A Linear Regression Model with an interaction between two predictors (X1 and X2) has the form:
Y = B0 + B1X1 + B2X2 + B3X1*X2.
It doesn’t really matter if X1 and X2 are categorical or continuous, but let’s assume they are continuous for simplicity.
One important concept is that B1 and B2 are not main effects, the way they would be if there were no interaction term. Rather, they are conditional effects.
Main Effects and Conditional Effects
A main effect is the overall effect of X1 across all values of X2. That overall effect is the difference in the mean of Y for each one unit change in X1.
If there were no interaction term in the model, then B1 is a main effect, and that is how regression coefficients are generally interpreted.
But B1 is not that when there is an interaction in the model. It is the effect of X1 conditional on X2 = 0.
For all values of X2 other than zero, the effect of X1 is B1 + B3X2.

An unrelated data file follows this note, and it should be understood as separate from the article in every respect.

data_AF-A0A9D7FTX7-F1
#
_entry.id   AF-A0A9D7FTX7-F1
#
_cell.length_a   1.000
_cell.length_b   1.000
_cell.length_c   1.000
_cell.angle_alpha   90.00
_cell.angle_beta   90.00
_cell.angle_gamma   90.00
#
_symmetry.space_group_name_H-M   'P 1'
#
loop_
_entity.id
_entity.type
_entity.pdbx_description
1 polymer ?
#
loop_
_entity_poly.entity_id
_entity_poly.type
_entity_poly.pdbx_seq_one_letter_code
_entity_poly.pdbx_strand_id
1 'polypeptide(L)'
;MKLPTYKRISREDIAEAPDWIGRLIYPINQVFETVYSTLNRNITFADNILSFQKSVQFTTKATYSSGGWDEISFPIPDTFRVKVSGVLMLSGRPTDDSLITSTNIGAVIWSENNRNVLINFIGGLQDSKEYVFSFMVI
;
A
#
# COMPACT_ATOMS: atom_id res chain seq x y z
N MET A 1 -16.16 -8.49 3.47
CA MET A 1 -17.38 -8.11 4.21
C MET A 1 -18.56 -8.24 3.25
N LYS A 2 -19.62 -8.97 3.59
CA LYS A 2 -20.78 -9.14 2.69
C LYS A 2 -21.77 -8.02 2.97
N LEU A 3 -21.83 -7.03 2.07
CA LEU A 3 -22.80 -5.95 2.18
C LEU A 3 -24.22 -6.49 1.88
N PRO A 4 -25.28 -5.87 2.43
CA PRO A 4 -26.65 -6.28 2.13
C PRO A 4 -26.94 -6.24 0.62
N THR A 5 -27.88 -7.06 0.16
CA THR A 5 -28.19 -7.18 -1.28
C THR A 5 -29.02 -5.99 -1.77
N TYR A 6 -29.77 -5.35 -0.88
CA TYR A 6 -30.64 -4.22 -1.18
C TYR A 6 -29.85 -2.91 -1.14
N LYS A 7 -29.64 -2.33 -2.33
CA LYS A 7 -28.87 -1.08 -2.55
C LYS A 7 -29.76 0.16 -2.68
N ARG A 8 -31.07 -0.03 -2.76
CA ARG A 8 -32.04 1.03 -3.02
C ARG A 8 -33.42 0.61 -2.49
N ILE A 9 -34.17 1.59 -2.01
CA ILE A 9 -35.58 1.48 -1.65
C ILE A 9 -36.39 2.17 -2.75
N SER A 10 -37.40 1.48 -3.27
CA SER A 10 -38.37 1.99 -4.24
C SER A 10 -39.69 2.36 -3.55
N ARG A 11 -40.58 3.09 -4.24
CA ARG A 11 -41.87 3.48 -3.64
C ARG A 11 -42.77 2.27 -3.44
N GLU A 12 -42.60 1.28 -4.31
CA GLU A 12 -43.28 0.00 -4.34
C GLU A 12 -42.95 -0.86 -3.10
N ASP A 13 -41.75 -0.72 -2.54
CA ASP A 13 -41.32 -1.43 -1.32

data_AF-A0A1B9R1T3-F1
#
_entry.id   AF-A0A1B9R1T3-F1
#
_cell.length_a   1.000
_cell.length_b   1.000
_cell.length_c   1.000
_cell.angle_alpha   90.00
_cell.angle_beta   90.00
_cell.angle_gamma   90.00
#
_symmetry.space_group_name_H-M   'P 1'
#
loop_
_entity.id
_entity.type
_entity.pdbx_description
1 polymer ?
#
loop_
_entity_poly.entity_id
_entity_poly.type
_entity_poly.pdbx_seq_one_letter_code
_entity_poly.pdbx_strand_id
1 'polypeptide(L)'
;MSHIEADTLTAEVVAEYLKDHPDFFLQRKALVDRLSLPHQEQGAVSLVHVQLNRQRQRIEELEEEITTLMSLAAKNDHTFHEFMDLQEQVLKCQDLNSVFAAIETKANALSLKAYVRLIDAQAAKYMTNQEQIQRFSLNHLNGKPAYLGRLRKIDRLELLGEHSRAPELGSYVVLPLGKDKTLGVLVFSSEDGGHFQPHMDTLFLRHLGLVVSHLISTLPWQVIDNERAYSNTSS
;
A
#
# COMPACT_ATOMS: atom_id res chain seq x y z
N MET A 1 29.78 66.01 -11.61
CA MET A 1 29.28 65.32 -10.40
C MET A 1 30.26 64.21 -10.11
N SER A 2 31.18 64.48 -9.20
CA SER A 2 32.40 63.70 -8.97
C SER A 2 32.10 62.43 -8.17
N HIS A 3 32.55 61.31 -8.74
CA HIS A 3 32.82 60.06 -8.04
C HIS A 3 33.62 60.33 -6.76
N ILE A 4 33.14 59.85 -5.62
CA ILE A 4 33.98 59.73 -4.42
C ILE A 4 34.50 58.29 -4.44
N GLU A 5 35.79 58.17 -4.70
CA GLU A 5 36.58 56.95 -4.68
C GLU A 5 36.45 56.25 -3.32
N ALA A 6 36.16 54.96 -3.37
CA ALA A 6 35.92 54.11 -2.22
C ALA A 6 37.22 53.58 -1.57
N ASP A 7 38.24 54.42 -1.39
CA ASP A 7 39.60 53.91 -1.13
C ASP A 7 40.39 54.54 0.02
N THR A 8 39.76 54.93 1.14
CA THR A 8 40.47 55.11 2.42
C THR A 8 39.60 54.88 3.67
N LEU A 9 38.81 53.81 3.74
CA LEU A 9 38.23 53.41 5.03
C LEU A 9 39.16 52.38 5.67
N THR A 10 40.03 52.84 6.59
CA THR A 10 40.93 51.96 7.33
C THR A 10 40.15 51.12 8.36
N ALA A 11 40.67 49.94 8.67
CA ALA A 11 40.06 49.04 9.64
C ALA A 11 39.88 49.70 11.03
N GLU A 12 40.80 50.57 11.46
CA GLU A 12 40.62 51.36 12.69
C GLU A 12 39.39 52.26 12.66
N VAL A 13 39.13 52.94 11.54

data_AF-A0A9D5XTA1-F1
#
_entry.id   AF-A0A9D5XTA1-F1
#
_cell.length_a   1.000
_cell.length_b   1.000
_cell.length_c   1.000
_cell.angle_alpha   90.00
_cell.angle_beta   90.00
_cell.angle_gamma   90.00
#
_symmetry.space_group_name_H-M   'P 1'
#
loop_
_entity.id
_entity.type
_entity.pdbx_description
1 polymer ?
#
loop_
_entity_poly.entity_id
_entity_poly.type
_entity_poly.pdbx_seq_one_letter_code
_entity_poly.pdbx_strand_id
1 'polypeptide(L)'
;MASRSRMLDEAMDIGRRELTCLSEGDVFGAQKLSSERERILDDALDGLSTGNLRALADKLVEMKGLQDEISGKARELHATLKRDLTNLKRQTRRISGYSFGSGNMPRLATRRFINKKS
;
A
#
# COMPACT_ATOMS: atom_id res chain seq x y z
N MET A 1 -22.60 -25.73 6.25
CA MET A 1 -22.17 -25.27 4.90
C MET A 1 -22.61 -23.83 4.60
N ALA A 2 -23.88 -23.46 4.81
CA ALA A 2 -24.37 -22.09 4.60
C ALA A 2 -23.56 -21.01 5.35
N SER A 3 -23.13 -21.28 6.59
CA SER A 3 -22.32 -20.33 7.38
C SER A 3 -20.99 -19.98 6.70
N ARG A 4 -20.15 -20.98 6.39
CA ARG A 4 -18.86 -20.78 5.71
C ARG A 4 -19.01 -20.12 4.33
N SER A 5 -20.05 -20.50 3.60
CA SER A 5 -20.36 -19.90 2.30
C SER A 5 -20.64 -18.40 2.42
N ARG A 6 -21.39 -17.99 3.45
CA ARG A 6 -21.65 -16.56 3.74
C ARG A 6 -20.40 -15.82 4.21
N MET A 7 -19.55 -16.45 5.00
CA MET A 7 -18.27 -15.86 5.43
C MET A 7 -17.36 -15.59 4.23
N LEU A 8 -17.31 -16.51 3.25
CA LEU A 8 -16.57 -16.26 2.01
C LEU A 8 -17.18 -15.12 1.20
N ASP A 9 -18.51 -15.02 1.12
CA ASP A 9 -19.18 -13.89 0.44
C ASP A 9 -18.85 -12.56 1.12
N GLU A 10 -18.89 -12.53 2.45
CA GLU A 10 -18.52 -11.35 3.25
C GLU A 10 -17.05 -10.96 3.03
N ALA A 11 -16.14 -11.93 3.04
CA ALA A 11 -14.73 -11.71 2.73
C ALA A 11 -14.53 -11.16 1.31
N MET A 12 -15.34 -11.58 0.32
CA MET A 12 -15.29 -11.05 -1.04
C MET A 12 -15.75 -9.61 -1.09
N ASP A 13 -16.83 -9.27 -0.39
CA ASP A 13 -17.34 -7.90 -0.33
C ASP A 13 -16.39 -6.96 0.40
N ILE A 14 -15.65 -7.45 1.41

The biggest practical implication is that when you add an interaction term to a model, B1 and B2 change drastically by definition (even if B3 is not significant) because B1 and B2 are measuring a different effect than they were in a model without the interaction term.
But it isn’t labeled differently on the output. You have to know how to interpret those effects.
So don’t panic if B1 suddenly isn’t significant. It’s measuring something else altogether.
So B1, in the presence of an interaction, is the effect of X1 only when X2 = 0.
If X2 never equals 0 in the data set, then B1 has no meaning. None.
Centering to Improve Interpretation
This is a good reason to center X2. If X2 is centered at its mean, then B1 is the effect of X1 when X2 is at its mean. Much more interpretable.
Even better is to center X2 at some meaningful value even if it’s not its mean. For example, if X2 is Age of children, perhaps the sample mean is 6.2 years. But 5 is the age when most children begin school, so centering Age at 5 might be more meaningful, depending on the topic being studied.
If X2 is categorical, the same approach applies, but with a different implication. If X2 is dummy coded 0/1, B1 is the effect of X1 only for the reference group.
The effect of X1 for the comparison group is B1 + B3. To see why, plug in 0 for X2 for the reference group and write out the regression equation. Then plug in 1 for X2 for the comparison group. Do the algebra.